For those of us that didn’t grow up in New York, New Jersey, or Pennsylvania, toll roads might be a new phenomenon, but mark my words, you should probably get used to them. More and more states are moving in the direction of toll roads, and while many of the fees are quite low, there are some routes that will cost big money. Driving into Manhattan on the George Washington Bridge or via Holland Tunnel will run you $15.00. This may seem excessive, but handling tens of millions of cars per year puts a tremendous strain on these systems in the form of maintenance, repairs and monitoring. The funds generated go into the state budget and help offset the costs associated with maintaining existing roads and bridges as well as helping to build new ones.

Being from the west coast, I’ve met many people that bristle at the growing prevalence of tolls. Washington, where I’m originally from, just replaced the SR520 floating bridge, a project with a $4.65 billion price tag. Guess what? That shiny new bridge is now a toll bridge, and Seattleites are not too happy about the $6-8 round trip fare collected from many people making the trip for work. From my perspective, tolls are a “pay to play” device that charge a premium to those that put the most strain that particular system.   Let me be clear in saying that I do believe everyone needs to contribute to the state fund for roads and bridges. Regardless of whether or not you even own a car, you buy groceries that were delivered on trucks, you call the police when there’s a problem, and you might need a ride in an ambulance once day, so while your footprint is smaller than a daily commuter, it is not invisible.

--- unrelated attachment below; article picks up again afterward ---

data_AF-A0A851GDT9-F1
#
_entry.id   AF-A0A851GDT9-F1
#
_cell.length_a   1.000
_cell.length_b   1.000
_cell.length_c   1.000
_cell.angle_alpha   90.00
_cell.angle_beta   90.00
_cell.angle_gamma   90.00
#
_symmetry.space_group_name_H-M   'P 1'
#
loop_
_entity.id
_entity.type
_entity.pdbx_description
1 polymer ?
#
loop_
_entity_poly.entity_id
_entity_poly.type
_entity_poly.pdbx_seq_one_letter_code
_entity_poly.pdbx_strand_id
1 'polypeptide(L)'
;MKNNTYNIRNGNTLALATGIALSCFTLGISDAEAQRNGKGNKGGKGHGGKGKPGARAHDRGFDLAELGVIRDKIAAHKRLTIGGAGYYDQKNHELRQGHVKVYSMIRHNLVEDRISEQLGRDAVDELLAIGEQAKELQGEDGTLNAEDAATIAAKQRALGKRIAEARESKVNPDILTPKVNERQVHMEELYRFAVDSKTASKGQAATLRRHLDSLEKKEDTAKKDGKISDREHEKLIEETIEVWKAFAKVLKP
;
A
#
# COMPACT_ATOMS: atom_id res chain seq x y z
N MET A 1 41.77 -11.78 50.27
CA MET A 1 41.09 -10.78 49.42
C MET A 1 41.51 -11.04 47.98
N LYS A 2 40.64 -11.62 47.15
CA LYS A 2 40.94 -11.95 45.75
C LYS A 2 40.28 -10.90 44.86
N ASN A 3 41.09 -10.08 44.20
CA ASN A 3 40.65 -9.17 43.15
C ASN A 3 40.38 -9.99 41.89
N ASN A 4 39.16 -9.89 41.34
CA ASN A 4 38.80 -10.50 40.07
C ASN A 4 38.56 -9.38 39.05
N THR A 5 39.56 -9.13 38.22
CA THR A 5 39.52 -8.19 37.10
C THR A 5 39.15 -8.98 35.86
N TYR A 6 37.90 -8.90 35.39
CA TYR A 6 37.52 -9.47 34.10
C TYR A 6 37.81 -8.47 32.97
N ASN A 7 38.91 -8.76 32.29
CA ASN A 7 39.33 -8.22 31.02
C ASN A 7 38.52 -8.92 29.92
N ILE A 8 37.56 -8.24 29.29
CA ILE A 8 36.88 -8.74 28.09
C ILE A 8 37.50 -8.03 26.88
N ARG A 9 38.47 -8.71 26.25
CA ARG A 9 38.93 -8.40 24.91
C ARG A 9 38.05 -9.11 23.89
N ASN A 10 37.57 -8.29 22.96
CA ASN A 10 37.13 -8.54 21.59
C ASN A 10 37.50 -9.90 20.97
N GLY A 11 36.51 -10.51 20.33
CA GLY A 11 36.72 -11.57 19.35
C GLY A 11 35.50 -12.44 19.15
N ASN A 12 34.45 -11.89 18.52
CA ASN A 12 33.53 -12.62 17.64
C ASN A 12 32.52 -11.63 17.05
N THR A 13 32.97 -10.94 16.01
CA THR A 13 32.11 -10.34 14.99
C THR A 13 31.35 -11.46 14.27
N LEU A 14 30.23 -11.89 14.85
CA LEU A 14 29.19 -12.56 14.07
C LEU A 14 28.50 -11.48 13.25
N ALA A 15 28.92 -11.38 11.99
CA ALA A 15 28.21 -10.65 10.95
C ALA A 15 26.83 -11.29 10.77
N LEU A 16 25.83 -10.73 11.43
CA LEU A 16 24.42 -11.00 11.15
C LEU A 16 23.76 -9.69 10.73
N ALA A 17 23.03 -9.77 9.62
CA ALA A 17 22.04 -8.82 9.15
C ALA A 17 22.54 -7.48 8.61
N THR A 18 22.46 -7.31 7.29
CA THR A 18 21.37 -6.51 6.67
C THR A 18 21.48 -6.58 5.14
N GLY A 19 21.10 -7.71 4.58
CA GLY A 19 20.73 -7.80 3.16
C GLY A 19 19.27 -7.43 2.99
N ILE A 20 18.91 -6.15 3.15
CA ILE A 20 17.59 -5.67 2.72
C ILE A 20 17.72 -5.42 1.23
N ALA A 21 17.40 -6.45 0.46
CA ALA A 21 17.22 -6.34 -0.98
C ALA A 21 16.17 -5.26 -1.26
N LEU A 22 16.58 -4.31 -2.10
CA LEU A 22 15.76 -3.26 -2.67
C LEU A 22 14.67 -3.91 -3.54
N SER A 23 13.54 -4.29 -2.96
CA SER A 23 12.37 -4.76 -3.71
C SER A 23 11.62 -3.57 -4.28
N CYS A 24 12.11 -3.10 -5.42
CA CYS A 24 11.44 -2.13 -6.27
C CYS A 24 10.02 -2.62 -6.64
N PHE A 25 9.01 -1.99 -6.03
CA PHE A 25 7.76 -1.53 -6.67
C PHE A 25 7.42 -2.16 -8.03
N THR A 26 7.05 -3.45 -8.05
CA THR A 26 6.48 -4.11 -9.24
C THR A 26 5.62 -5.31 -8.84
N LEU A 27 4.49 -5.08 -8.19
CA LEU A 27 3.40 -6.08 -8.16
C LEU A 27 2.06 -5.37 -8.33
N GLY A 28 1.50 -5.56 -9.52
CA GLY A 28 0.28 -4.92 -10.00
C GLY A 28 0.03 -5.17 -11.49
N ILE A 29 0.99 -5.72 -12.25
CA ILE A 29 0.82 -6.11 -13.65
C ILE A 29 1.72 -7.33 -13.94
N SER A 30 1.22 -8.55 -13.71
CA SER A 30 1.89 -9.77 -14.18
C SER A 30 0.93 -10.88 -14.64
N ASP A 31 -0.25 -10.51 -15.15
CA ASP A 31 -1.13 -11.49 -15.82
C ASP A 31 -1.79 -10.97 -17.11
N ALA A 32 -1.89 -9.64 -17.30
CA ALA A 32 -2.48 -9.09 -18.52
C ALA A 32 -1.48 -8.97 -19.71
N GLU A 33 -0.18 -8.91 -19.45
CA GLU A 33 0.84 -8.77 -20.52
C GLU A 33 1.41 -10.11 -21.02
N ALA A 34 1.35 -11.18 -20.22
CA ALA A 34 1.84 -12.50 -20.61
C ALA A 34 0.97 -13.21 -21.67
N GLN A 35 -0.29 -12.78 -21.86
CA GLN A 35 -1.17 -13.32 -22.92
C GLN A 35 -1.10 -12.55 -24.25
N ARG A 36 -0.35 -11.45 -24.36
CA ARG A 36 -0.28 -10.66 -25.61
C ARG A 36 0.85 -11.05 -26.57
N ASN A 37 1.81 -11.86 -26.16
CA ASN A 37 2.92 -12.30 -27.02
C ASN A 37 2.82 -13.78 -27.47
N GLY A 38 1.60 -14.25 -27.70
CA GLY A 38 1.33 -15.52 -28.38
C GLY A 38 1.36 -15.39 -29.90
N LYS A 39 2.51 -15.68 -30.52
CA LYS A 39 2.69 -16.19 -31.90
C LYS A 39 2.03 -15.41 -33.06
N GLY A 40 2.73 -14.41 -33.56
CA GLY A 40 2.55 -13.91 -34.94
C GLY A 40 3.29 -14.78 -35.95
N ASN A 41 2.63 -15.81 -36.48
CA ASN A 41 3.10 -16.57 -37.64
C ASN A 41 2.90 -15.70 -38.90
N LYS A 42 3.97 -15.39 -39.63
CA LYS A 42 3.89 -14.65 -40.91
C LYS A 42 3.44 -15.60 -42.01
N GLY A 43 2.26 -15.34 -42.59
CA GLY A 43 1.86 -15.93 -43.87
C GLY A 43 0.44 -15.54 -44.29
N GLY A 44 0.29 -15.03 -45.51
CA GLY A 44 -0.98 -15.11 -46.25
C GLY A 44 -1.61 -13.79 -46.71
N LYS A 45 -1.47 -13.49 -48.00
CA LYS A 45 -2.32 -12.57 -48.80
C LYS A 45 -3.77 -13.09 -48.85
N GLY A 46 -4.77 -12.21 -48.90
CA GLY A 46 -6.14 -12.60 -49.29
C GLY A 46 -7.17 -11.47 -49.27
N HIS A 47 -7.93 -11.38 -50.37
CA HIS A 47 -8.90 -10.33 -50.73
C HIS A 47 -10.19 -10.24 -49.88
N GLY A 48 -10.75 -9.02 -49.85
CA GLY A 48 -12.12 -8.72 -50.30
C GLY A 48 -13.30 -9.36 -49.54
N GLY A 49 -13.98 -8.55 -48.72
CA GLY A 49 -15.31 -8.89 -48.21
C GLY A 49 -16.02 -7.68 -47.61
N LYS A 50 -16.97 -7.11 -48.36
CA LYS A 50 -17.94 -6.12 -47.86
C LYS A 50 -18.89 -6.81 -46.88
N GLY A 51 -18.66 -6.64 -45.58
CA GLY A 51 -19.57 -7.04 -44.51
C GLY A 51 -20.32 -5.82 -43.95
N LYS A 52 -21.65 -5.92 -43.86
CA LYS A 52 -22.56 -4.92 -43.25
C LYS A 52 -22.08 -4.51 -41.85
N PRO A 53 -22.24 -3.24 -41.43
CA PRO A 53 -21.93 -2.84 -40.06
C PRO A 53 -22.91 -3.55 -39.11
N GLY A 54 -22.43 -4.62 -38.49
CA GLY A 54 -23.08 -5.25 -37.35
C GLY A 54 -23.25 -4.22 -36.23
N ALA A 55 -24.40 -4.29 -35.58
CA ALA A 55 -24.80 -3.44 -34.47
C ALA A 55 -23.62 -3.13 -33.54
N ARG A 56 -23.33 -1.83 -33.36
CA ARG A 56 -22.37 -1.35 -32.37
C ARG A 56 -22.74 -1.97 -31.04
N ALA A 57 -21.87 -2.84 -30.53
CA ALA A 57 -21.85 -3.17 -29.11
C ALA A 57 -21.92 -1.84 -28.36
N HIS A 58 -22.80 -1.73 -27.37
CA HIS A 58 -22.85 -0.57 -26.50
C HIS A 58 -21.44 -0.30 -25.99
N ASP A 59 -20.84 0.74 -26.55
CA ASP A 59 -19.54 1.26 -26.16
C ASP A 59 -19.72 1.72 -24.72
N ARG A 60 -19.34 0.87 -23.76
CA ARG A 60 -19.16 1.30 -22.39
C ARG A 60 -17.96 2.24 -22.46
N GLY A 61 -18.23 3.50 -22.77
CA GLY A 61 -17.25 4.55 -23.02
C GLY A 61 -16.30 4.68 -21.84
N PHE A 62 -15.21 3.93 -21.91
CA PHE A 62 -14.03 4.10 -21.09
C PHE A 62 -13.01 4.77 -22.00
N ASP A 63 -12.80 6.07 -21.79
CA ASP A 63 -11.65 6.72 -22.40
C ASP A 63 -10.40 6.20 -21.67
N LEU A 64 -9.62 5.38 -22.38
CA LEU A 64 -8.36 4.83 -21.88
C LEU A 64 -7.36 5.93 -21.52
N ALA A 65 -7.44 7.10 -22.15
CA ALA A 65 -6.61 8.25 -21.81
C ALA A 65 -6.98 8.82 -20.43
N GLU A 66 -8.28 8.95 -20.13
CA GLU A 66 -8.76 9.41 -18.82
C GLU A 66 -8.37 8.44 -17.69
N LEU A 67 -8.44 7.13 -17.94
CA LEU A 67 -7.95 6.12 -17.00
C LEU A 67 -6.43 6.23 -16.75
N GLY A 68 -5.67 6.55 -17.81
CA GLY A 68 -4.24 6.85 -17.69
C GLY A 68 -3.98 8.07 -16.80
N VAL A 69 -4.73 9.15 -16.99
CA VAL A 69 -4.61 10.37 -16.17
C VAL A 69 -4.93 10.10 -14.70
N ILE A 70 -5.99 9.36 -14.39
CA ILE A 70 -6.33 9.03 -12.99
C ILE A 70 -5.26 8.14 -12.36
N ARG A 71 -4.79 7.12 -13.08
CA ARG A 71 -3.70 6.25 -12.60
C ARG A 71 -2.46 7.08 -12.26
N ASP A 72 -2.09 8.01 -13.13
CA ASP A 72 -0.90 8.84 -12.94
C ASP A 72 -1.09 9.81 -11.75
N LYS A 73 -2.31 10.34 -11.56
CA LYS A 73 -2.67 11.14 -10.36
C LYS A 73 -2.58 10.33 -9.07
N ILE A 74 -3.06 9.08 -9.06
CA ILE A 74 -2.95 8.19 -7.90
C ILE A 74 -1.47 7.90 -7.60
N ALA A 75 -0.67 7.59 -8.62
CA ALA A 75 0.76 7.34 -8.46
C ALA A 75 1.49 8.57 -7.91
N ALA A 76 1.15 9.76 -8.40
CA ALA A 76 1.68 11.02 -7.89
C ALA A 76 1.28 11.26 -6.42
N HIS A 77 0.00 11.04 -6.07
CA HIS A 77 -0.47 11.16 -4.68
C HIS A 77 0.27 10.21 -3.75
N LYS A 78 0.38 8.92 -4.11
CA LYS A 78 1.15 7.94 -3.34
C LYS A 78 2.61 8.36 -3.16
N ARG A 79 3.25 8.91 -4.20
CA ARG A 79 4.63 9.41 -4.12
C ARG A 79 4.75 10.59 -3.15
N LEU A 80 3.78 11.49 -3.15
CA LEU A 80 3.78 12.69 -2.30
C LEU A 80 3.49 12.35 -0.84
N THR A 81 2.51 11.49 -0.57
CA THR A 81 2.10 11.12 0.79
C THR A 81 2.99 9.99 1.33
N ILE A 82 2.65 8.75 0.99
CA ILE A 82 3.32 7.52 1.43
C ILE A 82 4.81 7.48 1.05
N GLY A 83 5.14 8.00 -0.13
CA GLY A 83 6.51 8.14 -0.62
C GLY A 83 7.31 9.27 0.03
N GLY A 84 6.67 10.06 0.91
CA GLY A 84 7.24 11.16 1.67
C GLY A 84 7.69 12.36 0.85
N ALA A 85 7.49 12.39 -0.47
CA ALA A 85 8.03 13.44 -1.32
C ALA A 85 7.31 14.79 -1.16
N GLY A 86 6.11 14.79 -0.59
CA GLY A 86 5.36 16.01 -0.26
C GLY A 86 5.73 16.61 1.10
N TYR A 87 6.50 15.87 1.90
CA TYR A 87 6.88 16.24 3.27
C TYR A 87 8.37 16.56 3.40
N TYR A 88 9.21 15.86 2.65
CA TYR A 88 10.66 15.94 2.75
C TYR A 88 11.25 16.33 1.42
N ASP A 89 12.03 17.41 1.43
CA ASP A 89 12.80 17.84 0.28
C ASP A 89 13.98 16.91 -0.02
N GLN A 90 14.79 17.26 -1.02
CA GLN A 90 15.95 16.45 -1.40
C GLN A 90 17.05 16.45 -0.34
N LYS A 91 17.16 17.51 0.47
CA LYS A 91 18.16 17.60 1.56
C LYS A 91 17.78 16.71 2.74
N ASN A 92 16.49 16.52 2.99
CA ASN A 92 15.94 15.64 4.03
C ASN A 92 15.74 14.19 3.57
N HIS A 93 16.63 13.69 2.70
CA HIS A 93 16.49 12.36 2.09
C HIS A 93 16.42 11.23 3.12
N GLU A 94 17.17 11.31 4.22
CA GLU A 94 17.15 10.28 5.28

In short, tolling helps state agencies generate revenue. The New Jersey Turnpike Authority generated over $1.5 billion in revenues for the fiscal year ending March 2016 (see chart below). Those funds are crucial to not only maintaining existing roads and bridges, but also helping to build new, safer roadways, as well as mass transit options.


Now go enjoy the day.

Bridge 9340